What Grumbling Says About God

1 Peter 4:9

Few can endure being around grumblers. In this lab, Pastor John exhorts Christians not to be complainers.

Principle for Bible Reading

Searching in Concentric Circles

When seeking for answers concerning how a biblical author uses a word or phrase in a particular verse, it is often helpful to start by seeking answers in the immediate context and then moving outward. When wrestling with a text, good Bible reading, like a stone dropped in a pond, starts at the word or phrase in question and ripples out to other places in the Bible to get help for understanding. Starting your search in the immediate verse and moving outward is often called searching in concentric circles.

After searching in the immediate verse, it is key to look for the author’s meaning in:

  • The paragraph which contains the verse
  • Then the chapter
  • Then its book as a whole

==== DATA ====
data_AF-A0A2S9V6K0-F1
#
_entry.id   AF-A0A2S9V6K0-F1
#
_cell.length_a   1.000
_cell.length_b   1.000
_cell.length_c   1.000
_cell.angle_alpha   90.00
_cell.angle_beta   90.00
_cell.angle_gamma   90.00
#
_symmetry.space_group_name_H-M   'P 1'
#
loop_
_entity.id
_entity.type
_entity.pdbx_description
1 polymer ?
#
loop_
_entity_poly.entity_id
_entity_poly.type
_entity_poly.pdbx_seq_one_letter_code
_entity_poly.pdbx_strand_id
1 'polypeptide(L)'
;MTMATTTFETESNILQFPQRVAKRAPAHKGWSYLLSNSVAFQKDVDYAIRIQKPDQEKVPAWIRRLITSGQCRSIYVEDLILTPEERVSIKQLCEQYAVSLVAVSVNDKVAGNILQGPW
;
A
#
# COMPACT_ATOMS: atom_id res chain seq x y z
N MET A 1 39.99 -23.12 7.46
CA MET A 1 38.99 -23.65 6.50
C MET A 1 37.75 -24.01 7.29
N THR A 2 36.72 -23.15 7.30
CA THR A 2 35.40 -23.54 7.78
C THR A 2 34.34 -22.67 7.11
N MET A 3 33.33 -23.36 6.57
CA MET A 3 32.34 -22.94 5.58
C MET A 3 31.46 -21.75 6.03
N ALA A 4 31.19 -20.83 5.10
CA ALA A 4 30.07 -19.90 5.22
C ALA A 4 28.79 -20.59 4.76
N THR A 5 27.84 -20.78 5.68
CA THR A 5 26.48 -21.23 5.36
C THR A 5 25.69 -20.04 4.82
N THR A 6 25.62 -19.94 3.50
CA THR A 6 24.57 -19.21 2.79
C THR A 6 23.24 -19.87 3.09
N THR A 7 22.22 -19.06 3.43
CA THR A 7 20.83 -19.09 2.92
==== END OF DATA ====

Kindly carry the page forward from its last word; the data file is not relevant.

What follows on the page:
• Then other books written by the same author
  • Then the same Testament (New or Old) as a whole
  • Then the whole Bible

Note: This order may be rearranged depending on the verse. If you are dealing with the meaning of a verse cited from the Old Testament for example, going to the Old Testament would move up in priority.

In This Lab

Pastor John moves from 1 Peter to elsewhere in the New Testament, searching for what it means to do good works and shine as lights in the world.

For an example of searching in concentric circles.

An Example

If you were wondering what it means to “walk in the light” (1 John 1:7), you might begin by looking for clues in:

  • The immediate verse: 1 John 1:7
  • Then the paragraph which contains the verse: 1 John 1:5–10.
  • Then the chapter: 1 John 1.
  • Then the book of the Bible: 1 John.
  • Then other books of the Bible written by the same author: John, 1 John, 2 John, 3 John, Revelation.
  • Then the New Testament.
  • Then in the rest of the Bible.

Study Questions

  1. When was the last time you showed hospitality? Did you grumble while you did it?
  2. Read 1 Peter 4:9, Philippians 2:14–15, and Matthew 5:11–16. What do these passages say about grumbling and the Christian?
  3. What are you most prone to complain about? What might an angel think who watches you grumble from heaven?